Sophos Report: 20% of Macs are Carrying Windows Malware

Source: MacBook Pro/ Apple

Windows malware is so prevalent that it didn’t come as a surprise when security firm Sophos found out that one in every five Macs is infected with it. The issue was revealed after the antivirus company made a sampling of 100,000 Apple notebooks. Mac owners were asked to download the free antivirus software from Sophos, and it turns out that 20 percent of them are silently harboring Windows malware.

The security firm noted that the malware will not affect the machine unless users activate Apple’s Boot Camp software to switch from OSX to a Windows operating system. Among the infected machines, 2.7 percent of them were carrying the virus that is specifically tailored for OS X, while the rest came in with a variant of the Flashback Trojan, or “Flashplyr.”

Nevertheless, Sophos believes that Mac owners should be “responsible members of the society,” and make sure that their system is not infected with Windows malware, which is a great way to prevent the virus from spreading further.

Meet the Flashback Trojan

It should be recalled that Apple released a Flashback Malware Removal Tool last week, a couple of months after security firm Intego discovered the Flashback Trojan. It affected more than 600,000 Macs around the world, and is considered the worst malware that the product line has ever seen.

Designed for the Mac OS X Lion, it originated from a malicious website that tricked users into downloading a phony Adobe Flash Player. Once downloaded, it deleted the installation package, deactivated some network security software, and injected itself into certain applications. Then it connected to remote servers and sent specific information about the infected notebook.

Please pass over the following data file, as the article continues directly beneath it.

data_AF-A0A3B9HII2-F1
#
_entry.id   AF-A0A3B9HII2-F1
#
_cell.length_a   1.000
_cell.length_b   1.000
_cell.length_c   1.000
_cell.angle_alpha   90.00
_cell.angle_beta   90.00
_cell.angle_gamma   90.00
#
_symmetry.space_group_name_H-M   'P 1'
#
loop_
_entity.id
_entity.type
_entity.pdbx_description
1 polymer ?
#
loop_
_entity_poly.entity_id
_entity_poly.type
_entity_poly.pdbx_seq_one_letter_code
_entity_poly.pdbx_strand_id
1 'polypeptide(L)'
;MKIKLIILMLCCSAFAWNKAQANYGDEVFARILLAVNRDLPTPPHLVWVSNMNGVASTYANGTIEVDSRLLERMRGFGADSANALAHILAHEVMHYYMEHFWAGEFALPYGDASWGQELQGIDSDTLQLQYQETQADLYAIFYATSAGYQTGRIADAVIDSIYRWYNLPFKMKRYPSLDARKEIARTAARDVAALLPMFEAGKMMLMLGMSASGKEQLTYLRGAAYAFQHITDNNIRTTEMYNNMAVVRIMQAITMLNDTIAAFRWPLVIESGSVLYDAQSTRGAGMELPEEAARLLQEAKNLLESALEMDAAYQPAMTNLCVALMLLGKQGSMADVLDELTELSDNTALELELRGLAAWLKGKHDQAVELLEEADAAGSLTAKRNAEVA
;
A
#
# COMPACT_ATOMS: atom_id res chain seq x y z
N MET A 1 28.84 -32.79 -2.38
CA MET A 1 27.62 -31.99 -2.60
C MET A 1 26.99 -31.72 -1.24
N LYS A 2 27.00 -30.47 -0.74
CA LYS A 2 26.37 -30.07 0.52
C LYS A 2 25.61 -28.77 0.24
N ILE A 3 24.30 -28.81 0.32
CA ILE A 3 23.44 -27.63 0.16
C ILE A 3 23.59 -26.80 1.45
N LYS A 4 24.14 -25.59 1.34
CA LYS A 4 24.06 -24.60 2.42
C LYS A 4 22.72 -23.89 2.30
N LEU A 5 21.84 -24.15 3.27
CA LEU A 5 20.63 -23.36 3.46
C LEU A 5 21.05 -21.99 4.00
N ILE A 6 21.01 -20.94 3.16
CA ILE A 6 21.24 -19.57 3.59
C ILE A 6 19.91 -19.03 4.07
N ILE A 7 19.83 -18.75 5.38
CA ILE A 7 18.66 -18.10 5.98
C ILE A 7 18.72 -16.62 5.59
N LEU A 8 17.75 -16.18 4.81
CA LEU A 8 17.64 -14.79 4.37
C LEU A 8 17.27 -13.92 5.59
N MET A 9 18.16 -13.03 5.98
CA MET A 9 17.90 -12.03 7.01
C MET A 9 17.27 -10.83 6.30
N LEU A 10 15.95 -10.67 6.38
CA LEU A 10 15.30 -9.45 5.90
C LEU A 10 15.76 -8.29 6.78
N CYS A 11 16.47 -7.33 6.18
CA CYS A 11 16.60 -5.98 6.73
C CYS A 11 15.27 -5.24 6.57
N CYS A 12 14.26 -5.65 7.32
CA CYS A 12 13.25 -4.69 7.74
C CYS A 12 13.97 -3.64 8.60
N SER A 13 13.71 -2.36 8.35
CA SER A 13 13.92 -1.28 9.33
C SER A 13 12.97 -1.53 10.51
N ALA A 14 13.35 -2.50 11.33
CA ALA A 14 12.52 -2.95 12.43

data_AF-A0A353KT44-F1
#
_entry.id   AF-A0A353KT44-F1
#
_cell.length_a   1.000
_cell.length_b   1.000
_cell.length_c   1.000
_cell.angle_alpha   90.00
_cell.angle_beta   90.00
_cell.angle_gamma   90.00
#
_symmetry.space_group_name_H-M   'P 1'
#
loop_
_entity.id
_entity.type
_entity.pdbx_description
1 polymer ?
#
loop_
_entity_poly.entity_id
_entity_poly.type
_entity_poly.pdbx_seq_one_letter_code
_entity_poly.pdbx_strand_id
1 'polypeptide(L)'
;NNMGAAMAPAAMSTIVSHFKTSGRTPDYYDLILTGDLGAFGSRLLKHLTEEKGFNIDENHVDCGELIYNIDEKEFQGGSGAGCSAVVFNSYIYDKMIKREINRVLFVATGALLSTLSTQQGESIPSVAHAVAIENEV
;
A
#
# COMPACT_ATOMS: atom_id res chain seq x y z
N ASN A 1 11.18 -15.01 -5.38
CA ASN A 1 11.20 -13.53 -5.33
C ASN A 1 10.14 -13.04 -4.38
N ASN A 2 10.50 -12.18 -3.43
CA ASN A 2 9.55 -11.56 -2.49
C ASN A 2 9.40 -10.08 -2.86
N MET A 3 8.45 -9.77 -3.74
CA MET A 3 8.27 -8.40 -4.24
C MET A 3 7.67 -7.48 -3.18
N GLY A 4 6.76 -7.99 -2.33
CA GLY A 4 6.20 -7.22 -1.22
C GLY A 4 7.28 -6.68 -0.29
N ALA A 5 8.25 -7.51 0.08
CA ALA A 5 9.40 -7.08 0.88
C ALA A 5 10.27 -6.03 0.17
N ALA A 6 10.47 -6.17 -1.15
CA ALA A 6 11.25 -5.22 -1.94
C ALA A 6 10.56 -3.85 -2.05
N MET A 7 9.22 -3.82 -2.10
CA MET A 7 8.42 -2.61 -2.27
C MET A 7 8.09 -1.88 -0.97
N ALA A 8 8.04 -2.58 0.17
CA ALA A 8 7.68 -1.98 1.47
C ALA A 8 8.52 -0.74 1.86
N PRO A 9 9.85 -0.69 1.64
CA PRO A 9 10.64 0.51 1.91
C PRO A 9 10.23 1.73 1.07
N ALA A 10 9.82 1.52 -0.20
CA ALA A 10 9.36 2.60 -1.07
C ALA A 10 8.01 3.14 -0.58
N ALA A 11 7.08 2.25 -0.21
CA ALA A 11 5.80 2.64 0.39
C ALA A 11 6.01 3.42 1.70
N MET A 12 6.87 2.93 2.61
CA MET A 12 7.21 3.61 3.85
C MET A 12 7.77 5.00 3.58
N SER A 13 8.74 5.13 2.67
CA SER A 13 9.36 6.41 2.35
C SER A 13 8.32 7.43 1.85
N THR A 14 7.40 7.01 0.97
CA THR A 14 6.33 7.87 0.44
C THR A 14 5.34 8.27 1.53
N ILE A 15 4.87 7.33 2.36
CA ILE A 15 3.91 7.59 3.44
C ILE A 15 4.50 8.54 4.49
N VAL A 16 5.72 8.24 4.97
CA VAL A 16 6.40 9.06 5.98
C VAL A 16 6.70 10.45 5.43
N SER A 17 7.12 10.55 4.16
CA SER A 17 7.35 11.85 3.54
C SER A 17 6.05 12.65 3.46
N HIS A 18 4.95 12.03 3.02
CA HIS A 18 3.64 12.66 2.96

That’s why the Cupertino-based company decided to roll out a removal tool for Macs that don’t have Java installed. It will basically scan the computer and erase any known iterations of the malware. In some cases, it may require a user to restart his or her notebook to completely remove the Flashback Trojan.

Advice for Mac Users

What makes Sophos’ finding shocking is the fact that most viruses found on the infected Macs date back to 2007. They could have easily been detected if users had run an antivirus check sooner. That’s why the security firm advises Mac owners to download antivirus software and keep it updated.

The same thing goes for the operating system, programs, applications, and security patches. The origin of the apps that users download should be trustworthy, and they should be cautious when clicking any links attached to files that they open. Most of all, it’s important that all users be well informed about the old and new malwares that lurk across the cyber world.

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